So why just the focus on male sex? Let’s condemn the condemnation of the other things as well., as equally outdated for the modern world. In fact, why don’t wee decriminalise everything? Then we wouldn’t need prisons.in the first place.

  • sarky

    Andrea Williams is on the case? Oh well given her track record he’s bound to lose.

    • The Explorer

      God could be on the case, and he’d still lose. Incidentally, have you heard that Syrian immigrants are suing the German Government for not giving them their welfare payments fast enough? Those German human-rights lawyers could teach ours a thing or two.

      • sarky

        Thats just Merkels chickens coming home to roost. If you don’t screen the genuine asylum seekers from the economic migrants, then that is exactly what will happen.

        • The Explorer

          The thing is, can the German taxpayer fund all this welfare for a million immigrants ( the new predicted figure) and give each of them a gift of 17 000 euros a year for two years to get them started, as the hard Left is demanding, and continue to bail out Greece etc? Or will something have to give?

          • sarky

            Things are starting to give – the far right is on the rise – truly truly frightening.

          • The Explorer

            I’ve always believed the German far right never really died. It just went quiet: waiting for the moment when it could resurrect itself.

          • Anton

            Almost as frightening as Islamism. I believe that not many Germans will vote far right and that a moderate right anti-immigration party will get the votes needed to stop this nonsense.

          • sarky

            I take it you haven’t read about what’s being happening in Germany?

          • Anton

            People who say enough immigration will rally to the far right if there is no moderate right alternative. I believe a moderate right alternative, a Deutsche Independenz Partei if you like, will arise before the neo-Nazis get round to doing more than making a lot of noise. Merkel’s policies are a far greater threat to Germany than anybody else’s at present and the German people are twigging it.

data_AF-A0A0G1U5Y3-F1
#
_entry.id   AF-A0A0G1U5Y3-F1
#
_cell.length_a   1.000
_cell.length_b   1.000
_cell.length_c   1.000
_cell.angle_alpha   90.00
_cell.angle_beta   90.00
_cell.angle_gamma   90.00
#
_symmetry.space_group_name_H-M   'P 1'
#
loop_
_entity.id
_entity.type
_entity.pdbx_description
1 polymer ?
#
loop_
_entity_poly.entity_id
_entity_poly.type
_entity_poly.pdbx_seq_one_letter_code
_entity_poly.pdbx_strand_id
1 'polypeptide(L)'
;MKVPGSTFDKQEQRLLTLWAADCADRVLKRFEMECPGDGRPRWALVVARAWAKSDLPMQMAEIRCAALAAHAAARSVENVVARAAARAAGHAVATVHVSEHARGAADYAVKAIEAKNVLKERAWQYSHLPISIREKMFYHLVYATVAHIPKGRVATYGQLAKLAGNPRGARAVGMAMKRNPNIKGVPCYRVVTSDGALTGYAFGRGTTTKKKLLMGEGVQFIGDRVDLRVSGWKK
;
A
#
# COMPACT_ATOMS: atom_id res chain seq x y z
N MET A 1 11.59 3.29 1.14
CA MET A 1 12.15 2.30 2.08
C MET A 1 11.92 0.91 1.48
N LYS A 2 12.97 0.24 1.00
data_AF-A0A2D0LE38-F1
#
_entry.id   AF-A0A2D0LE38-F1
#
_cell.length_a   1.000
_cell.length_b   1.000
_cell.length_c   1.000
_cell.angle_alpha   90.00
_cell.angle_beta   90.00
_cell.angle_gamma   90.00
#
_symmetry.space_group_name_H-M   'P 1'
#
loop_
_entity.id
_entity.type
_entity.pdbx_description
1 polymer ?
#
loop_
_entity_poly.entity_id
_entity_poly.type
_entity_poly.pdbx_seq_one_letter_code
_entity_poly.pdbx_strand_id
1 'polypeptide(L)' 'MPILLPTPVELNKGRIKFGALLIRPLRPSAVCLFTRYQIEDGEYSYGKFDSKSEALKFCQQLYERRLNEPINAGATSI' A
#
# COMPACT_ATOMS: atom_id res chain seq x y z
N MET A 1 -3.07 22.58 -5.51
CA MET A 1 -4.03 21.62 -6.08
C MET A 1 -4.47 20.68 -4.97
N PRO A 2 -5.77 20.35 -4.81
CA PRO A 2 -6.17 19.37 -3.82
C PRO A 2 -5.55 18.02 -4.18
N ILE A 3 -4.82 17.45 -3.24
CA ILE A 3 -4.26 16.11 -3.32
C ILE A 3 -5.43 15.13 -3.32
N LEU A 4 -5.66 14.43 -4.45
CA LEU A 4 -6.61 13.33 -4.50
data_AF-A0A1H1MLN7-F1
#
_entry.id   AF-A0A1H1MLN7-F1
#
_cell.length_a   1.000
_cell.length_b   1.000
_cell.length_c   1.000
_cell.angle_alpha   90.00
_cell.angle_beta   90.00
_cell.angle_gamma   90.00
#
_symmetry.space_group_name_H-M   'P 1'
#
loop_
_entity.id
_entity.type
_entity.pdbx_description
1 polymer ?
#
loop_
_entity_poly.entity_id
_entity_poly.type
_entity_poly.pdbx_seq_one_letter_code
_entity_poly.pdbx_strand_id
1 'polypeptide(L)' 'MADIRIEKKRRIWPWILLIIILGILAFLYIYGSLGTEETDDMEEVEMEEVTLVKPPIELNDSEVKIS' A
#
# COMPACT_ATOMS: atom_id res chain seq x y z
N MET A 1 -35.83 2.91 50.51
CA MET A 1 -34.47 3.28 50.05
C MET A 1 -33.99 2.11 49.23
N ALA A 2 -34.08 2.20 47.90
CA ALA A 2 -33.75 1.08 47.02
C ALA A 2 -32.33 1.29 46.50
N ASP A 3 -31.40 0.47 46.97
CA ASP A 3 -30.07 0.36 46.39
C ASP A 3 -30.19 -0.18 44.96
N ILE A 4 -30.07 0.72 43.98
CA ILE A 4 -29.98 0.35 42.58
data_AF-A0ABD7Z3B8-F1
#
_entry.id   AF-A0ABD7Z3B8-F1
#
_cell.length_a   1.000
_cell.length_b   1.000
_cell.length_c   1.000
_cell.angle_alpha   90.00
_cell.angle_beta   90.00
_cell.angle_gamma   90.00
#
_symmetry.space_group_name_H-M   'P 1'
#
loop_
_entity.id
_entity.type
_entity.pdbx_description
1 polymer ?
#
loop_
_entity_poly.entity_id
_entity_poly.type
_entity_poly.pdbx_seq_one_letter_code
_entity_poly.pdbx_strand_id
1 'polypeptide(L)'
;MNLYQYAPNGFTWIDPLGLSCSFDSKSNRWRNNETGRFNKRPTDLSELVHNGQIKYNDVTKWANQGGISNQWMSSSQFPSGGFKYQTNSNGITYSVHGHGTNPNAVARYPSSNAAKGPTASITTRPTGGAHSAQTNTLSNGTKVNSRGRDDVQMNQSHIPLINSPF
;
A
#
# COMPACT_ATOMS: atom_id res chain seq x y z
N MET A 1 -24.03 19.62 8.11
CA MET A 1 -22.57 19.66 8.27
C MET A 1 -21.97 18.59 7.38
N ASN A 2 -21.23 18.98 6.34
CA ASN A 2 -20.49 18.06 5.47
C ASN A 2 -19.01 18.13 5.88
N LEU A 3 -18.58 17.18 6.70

• sarky

            They are making more than noise. Petrol bomb attacks, attacks with baseball bats, the attempted assassination of a left wing politician etc etc etc

          • Anton

            But it’s not only happening in Germany. Three migrant refugee shelters were torched in liberal Sweden the other week. The mainstream media don’t report it from Sweden but they do from ex-nazi Germany.

          • sarky

            But this is my whole point. The far right is on the up and with more than words. I think it is possibly why this country is not taking more refugees than the number stated, the govermnent knows it could be the spark that ignites the flame.

          • Anton

            Well you worry about the far right if you wish, but I think you’ll be taking your views from the politically correct mainstream media. I trust democracy enough to throw up moderate right parties who will stop the suicidal inflow of migrants without the evils of the extreme right. There is Geert Wilders in the Netherlands and UKIP here. Once such a party gets going in Germany the neoNazis will be relegated back to the fringe. People only look to them because of the lack of an alternative.

          • Ivan M

            The trouble is the mainstream right wing party is in fact the CDU, Merkel’s own party. She may well be a Communist plant or the shadow government may well have the goods on her

          • Anton

            It may split. I am not into hysteria about a far-right threat to freedom in response to uncontrolled immigration. That is to fall into the PC’s trap. Democracy is robust enough to throw up a few more Farages and Wilders in European countries.

          • Pegida

          • CliveM

            Don’t worry Sarky, if they start getting violent, we can send them all on a counselling programme, so we can better understand their issues and work through it a non judgemental, non condemnatory manner

          • sarky

            Would be a start!!

          • Busy Mum

            Ys-it’s frightening – but surely it is the consequence of the far left that has risen and stayed there for too long.

          • Anton

            While also paying ludicrous sums for their energy because of windmill power.

        • Anton

          Tell me how!

          • Why, you take their word for it, of course! Jeesh, what a oaranoid fellow you are. Presumption of good willl and honesty is a foundational pillar of our civilization.

          • Anton

            Certainly that’s US policy; flying into the USA you have to fill in a form declaring that you are not a terrorist!

          • IanCad

            Anton,
            That has been the case for many, many years.
            The late Gilbert Harding gained notoriety when visiting the USA he wrote “Sole purpose of visit,” on the form declaring that his intent was not to overthrow the lawful government or constitution.
            The Americans are Germans.

          • CliveM

            You do the same in this country when applying for security clearance, I suppose it gives some legal cover.

          • Brilliant policy. Not a good way to catch a terrorist perhaps, but works for keeping out total cretins.

          • The Explorer

            “Did you pack this bag yourself?”

            “No, it was my friend Abdul from the radical mosque. The one who said he had a gift for the Great Satan.”

  • Politically__Incorrect